When there’s a fire in a building, the first instinct many people have is to panic and run out of the building via the quickest route they know. However, when working with people who have physical disabilities, it’s important they are not left behind in the panic. Statistics show that many people believe that leaving a disabled person at a ‘refuge point’ (which are often in evacuation plans) is the correct thing to do, so they can wait for the fire service to collect them. This is a dangerous myth and has led to people being left in unsafe places. A fire escape plan must not rely on the fire service to evacuate anybody – this should be a last resort. We’ve put together an overview of what you need to take into consideration when planning and evacuating a disabled person from a burning building.
Develop an emergency plan
It is the responsibility of the owner of the building, whether this is the landlord, business owner or manager, to have a comprehensive fire evacuation plan in place at all times. This plan should include the relevant Personal Emergency Evacuation Plan (PEEP) for disabled individuals. PEEPs might be required for people with:
- Mobility impairments
- Sight impairments
- Hearing impairments
- Cognitive impairments
- Temporary short term injuries
- Temporary short term illnesses
- Heavily pregnant women
PEEPs should be tailored to each individual and adapted when there is a change in the person’s condition. PEEPs contain a wide variety of information, all useful when planning the escape route for people with different disabilities, such as:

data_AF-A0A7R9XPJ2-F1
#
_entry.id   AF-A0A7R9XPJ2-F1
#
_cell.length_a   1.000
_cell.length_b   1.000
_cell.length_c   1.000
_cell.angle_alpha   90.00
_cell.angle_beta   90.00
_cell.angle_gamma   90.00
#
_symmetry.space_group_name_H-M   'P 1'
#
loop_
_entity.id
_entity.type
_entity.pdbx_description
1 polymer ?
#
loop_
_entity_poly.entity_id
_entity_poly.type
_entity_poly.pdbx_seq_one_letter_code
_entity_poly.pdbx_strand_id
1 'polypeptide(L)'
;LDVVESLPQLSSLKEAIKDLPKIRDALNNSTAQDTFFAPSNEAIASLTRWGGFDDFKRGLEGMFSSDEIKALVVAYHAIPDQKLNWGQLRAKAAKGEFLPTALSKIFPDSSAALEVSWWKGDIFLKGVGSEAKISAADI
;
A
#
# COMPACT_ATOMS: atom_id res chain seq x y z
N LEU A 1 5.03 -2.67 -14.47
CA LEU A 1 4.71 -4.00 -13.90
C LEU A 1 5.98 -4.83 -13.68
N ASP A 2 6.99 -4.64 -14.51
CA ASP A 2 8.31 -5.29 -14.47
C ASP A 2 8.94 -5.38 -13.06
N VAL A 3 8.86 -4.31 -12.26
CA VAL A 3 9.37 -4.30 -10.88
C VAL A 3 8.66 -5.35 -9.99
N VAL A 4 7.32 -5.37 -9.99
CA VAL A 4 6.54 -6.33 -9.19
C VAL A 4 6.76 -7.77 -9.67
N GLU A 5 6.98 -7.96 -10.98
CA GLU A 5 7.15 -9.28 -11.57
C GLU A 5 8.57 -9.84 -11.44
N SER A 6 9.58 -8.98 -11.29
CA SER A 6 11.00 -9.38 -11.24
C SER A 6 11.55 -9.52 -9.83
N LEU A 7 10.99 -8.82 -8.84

- The type of fire alarm to be used
- The marking of escape routes
- Fire instructions in an accessible format for the relevant disability
- Handrails on all stairways
- Step edge markings on the escape stairs
Questions must also be asked about the nature of their work, including:
- Do they work alone?
- Do they work out of hours?
- Do they know what the fire alarm sounds like?
- When they hear the fire alarm do they know where to go?
- Do they work as part of a team or in a group environment?
- Do they work in the same place all of the time?
- Do they use other parts of the building?
- Can they read the escape instructions? (Do you yourself understand them as well?)
If part of the evacuation process for the disabled person involves specialist equipment, the designated person(s) must know how to operate the equipment, and must be retrained once every six months. You can acquire evacuation chairs, mattress and sheets to assist you with a quick and safe evacuation.
During an evacuation
When the fire alarm starts ringing, it’s crucial there is no delay in other forms of alarms from going off. People with disabilities must be aware of an emergency evacuation at the same time as everybody else in the building, especially if they work alone. A designated buddy will meet the person with a disability at a meet point or their place of work, and from there the buddy will assist the person down the relevant escape route and out the building. By using this method, you’ll ensure nobody is left behind in the event of a fire.
Here at Protect & Detect, we’re dedicated to ensuring the safety of our customers against fires. We have plenty of experience installing, replacing and maintaining fire alarms and security systems for commercial and domestic customers throughout Ipswich, Cambridge and surrounding areas. For more information on any of our products or services, please get in touch with a member of our team today.